Is Intravenous Thrombolysis Safe and Effective in Central Retinal Artery Occlusion? A Critically Appraised Topic
Central retinal artery occlusion (CRAO) is a neurological and ophthalmologic emergency associated with poor visual recovery. There is a dilemma regarding the appropriate treatment, as formal guidelines are lacking. Despite being considered an ocular equivalent of cerebral infarction, the time window of intravenous (IV) thrombolysis administration for maximum efficacy and safety in CRAO remains uncertain.Objective:
To critically assess the current evidence regarding the safety and effectiveness of IV thrombolysis in the treatment of patients with CRAO.Methods:
The objective was addressed through the development of a critically appraised topic that included a clinical scenario, structured question, literature search strategy, critical appraisal, assessment of results, evidence summary, commentary, and bottom-line conclusions. Participants included consultant and resident neurologists, a medical librarian, and content experts in the fields of vascular neurology and ophthalmology.Results:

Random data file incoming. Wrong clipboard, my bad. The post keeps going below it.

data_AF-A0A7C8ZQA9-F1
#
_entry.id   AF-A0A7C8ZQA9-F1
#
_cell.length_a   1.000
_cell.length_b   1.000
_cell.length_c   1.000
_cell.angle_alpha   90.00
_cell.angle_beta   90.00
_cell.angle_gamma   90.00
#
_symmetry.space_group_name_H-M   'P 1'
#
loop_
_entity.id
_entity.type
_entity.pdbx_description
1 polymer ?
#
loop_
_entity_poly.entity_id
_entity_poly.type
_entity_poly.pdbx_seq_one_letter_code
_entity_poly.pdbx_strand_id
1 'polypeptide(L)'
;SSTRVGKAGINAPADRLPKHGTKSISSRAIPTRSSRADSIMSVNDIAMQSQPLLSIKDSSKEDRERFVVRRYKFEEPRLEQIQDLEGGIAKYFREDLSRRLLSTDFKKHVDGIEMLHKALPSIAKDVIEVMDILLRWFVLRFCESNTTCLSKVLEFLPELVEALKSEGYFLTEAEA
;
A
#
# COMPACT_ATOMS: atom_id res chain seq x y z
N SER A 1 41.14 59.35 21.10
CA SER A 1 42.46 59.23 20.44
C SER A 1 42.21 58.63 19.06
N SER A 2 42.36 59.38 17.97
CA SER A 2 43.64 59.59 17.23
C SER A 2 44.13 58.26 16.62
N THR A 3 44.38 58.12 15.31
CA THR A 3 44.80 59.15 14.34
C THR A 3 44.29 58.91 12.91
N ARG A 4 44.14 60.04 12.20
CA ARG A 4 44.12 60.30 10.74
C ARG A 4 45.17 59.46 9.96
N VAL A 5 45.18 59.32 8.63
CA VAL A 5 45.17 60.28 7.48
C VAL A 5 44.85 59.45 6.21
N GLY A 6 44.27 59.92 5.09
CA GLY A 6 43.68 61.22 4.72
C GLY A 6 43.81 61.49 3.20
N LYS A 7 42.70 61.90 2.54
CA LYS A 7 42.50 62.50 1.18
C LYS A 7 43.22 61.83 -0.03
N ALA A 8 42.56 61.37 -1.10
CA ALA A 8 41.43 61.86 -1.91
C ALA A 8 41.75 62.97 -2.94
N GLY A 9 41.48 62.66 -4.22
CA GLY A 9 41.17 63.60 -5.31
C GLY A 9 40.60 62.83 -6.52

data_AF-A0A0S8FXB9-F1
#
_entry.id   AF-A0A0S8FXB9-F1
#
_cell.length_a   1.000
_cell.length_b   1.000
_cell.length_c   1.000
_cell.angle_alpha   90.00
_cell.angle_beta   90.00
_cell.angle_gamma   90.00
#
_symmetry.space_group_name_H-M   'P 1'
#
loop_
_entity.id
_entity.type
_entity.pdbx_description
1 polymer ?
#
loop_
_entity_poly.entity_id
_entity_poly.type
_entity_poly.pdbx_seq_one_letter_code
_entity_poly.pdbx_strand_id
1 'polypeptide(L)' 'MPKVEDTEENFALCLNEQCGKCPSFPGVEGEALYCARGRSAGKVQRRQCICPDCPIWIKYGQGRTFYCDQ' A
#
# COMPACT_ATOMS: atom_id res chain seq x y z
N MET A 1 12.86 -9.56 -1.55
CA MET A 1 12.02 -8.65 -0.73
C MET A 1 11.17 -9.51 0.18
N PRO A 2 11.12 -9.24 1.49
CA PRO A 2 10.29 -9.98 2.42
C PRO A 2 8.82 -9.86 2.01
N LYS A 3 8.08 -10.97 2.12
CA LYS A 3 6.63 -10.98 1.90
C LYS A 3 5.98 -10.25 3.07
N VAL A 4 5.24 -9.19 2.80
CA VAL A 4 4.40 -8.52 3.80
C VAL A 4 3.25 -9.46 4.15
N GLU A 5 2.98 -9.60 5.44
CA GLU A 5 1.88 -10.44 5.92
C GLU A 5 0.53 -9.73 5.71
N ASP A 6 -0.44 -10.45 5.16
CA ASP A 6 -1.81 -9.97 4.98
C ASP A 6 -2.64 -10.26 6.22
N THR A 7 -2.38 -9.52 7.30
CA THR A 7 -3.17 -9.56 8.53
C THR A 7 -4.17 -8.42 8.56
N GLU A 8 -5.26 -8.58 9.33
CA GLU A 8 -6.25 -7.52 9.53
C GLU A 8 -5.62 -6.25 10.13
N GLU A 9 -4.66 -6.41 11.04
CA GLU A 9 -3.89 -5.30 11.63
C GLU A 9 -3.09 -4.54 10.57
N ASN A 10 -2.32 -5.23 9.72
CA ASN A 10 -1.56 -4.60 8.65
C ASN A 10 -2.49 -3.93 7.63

A recent patient-level meta-analysis was selected for critical appraisal. The study compared the visual recovery rates after IV thrombolysis in CRAO against the natural history of this illness and conservative therapies (ocular massage, anterior chamber paracentesis, and/or hemodilution). Time to thrombolytic therapy administration had a significant impact on visual recovery in CRAO (P<0.001). IV thrombolysis within the first 4.5 hours after symptom onset resulted in recovery of vision in 50.0% of the patients [95% confidence interval (CI), 32.4%-67.6%]. The rate of visual recovery was nearly 3 times higher than in the natural history cohort [odds ratio, 4.7 (95% CI, 2.3-9.6); P<0.001], with a 32.3% absolute risk reduction and a number needed to treat of 4.0 (95% CI, 2.6-6.6). There was no significant difference in the recovery rate after thrombolysis compared with the natural history cohort for those patients treated after 4.5 hours. No major hemorrhages occurred after alteplase administration in this meta-analysis.Conclusions:
IV thrombolysis in CRAO seems to be safe and effective within the first 4.5 hours of symptom onset. A clinical decision based on this meta-analysis alone cannot be made due to several limitations. A randomized controlled clinical trial of early IV alteplase administration in CRAO is necessary to provide evidence-based therapeutic guidance.